If a decision is taken that matters cannot remain as they are, it is likely that a number of states will need to act in concert, either in the form of an ad hoc coalition imposing punitive actions collectively, or through pre-existing mechanisms at the UN. The UN track is complex, since any UN Security Council-mandated punishment would require Russia and China to agree, neither of whom appear likely to do so. A UN General Assembly declarative statement based on a majority vote would be non-binding, thereby not compelling states to act, although it would be damaging for Riyadh.
More likely is a coordinated set of bilateral sanctions imposed upon Riyadh, or upon individuals connected with Khashoggi’s death. This would require a number of states to agree to take the step forward together, and the US would be the crucial player in such an endeavour.
However, one of the unintended consequences of the Khashoggi affair is that the E3 (France, Germany and the UK) appear to be less constrained by Washington’s reticence to act than they might have otherwise been in years gone by. London and Paris have deep relationships with the kingdom, and would be hoping to prevent any escalation from targeting the Saudi state itself. But neither France nor the UK is in any mood to let Riyadh off the hook.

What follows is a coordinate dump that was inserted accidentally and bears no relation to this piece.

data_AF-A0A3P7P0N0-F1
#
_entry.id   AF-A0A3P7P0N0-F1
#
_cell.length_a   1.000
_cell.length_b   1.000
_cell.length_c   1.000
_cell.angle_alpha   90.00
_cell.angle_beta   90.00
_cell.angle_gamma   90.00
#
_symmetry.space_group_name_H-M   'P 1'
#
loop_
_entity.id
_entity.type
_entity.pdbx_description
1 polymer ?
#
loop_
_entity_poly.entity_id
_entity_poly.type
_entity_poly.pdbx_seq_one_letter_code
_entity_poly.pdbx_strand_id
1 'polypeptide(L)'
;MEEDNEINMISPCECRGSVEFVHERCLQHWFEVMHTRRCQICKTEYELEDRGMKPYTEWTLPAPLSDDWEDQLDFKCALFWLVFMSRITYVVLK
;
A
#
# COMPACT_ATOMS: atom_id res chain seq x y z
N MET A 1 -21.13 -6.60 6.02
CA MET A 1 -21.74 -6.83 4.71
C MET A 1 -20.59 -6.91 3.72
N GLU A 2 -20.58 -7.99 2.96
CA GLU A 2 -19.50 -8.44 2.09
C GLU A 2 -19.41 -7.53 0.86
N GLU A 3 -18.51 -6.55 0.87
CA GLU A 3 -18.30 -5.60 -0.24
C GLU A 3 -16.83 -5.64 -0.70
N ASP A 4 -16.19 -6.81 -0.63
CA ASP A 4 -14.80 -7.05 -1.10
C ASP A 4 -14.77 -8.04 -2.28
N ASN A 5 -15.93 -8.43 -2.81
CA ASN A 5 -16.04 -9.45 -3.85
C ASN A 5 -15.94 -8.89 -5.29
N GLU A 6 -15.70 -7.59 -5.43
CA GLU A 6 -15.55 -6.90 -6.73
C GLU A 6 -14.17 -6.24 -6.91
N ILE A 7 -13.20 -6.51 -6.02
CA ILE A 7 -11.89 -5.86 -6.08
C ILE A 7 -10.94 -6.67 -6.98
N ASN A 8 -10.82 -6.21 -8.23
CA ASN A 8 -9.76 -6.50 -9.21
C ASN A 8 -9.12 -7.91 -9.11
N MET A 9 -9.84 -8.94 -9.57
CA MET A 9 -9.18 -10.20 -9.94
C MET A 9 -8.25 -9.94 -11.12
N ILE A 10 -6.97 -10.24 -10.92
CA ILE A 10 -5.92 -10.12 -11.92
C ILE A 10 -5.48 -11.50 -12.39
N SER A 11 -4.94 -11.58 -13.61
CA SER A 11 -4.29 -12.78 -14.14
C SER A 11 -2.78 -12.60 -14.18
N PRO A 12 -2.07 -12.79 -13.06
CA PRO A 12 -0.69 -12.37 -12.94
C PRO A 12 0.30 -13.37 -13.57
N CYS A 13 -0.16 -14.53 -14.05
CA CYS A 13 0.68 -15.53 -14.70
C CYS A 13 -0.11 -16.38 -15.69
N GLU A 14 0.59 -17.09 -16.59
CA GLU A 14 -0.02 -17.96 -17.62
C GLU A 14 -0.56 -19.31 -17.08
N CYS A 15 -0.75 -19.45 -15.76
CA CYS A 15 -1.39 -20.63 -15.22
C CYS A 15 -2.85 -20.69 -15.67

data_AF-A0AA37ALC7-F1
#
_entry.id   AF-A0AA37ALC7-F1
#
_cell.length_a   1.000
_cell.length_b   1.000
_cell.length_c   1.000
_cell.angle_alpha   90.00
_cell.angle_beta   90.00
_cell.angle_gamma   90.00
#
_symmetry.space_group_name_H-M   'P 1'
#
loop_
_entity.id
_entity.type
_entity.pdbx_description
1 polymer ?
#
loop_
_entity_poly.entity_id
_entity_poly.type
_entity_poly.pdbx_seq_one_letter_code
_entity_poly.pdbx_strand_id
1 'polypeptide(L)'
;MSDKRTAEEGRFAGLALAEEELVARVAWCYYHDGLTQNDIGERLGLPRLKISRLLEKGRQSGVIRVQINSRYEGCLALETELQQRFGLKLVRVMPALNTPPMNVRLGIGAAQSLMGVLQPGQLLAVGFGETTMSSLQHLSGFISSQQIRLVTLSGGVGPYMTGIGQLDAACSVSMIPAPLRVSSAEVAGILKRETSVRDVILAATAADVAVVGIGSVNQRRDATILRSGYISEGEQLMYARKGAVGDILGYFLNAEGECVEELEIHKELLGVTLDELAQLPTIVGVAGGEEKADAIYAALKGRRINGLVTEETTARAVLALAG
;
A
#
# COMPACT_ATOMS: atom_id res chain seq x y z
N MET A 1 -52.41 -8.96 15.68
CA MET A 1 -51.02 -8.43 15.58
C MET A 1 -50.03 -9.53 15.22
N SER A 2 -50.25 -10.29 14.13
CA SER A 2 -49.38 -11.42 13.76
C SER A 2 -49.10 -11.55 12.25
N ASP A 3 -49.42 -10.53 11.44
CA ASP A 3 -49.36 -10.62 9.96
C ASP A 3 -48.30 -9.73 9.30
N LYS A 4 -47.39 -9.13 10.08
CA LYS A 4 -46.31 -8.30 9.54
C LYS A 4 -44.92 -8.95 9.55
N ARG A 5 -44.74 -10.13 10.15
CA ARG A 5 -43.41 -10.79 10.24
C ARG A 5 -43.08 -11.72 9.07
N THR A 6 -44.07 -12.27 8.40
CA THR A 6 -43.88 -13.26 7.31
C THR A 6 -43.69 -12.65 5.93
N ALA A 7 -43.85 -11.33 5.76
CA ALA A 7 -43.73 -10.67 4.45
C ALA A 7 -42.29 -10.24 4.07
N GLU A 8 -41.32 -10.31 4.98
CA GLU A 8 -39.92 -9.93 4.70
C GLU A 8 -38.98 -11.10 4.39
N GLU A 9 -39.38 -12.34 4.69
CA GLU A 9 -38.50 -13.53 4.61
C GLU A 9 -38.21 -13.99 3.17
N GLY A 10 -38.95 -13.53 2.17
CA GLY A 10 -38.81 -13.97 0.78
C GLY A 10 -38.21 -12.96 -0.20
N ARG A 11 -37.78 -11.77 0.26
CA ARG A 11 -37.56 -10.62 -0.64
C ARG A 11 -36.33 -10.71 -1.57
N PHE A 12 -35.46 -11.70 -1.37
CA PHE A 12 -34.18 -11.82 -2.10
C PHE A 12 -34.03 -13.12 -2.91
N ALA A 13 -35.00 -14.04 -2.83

For London, the scars of the Skripal affair have had a marked effect. Having rallied much of the world against Moscow for what happened in Salisbury, the British are aware of the potential charge of hypocrisy should they back away from seeking action against Riyadh. US senators have already mulled the prospect publicly, and regardless of what Donald Trump thinks, may pursue action through Congress.
In any actions governments may care to undertake, they will have to grapple with the following questions:
1) Has Riyadh’s apparent contrition, and admission of guilt been sufficient to negate the prospect of punishment?
2) What benefits would emerge from punishing the kingdom, or would Riyadh’s behaviour in the international system change as a result of punishment?
3) Would censuring Riyadh lead to an empowerment of Iran, destabilising the region further and leading to heightened regional tensions above their currently inflamed levels?